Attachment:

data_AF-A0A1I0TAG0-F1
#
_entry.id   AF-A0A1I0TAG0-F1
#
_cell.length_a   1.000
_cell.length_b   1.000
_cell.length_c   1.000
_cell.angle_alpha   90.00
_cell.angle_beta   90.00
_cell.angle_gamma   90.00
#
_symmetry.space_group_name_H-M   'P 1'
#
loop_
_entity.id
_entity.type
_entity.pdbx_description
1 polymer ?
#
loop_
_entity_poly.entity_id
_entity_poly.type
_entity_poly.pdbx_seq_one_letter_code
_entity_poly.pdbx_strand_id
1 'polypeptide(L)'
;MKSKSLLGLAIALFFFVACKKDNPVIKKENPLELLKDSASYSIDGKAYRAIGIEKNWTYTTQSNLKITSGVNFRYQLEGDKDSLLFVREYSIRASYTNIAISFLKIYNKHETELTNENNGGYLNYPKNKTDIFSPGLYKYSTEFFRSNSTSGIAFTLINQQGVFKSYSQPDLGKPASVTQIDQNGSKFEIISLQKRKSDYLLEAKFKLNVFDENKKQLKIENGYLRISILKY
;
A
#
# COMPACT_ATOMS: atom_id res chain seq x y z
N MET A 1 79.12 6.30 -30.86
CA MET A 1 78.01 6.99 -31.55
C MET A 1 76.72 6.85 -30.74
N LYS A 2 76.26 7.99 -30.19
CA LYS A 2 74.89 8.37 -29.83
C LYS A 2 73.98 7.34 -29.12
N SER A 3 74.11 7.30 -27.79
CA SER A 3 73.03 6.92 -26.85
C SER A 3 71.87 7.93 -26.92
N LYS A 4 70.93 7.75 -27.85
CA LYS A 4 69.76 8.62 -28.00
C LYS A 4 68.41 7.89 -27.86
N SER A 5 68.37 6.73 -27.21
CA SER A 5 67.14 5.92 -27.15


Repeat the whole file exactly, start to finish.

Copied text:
data_AF-A0A1I0TAG0-F1
#
_entry.id   AF-A0A1I0TAG0-F1
#
_cell.length_a   1.000
_cell.length_b   1.000
_cell.length_c   1.000
_cell.angle_alpha   90.00
_cell.angle_beta   90.00
_cell.angle_gamma   90.00
#
_symmetry.space_group_name_H-M   'P 1'
#
loop_
_entity.id
_entity.type
_entity.pdbx_description
1 polymer ?
#
loop_
_entity_poly.entity_id
_entity_poly.type
_entity_poly.pdbx_seq_one_letter_code
_entity_poly.pdbx_strand_id
1 'polypeptide(L)'
;MKSKSLLGLAIALFFFVACKKDNPVIKKENPLELLKDSASYSIDGKAYRAIGIEKNWTYTTQSNLKITSGVNFRYQLEGDKDSLLFVREYSIRASYTNIAISFLKIYNKHETELTNENNGGYLNYPKNKTDIFSPGLYKYSTEFFRSNSTSGIAFTLINQQGVFKSYSQPDLGKPASVTQIDQNGSKFEIISLQKRKSDYLLEAKFKLNVFDENKKQLKIENGYLRISILKY
;
A
#
# COMPACT_ATOMS: atom_id res chain seq x y z
N MET A 1 79.12 6.30 -30.86
CA MET A 1 78.01 6.99 -31.55
C MET A 1 76.72 6.85 -30.74
N LYS A 2 76.26 7.99 -30.19
CA LYS A 2 74.89 8.37 -29.83
C LYS A 2 73.98 7.34 -29.12
N SER A 3 74.11 7.30 -27.79
CA SER A 3 73.03 6.92 -26.85
C SER A 3 71.87 7.93 -26.92
N LYS A 4 70.93 7.75 -27.85
CA LYS A 4 69.76 8.62 -28.00
C LYS A 4 68.41 7.89 -27.86
N SER A 5 68.37 6.73 -27.21
CA SER A 5 67.14 5.92 -27.15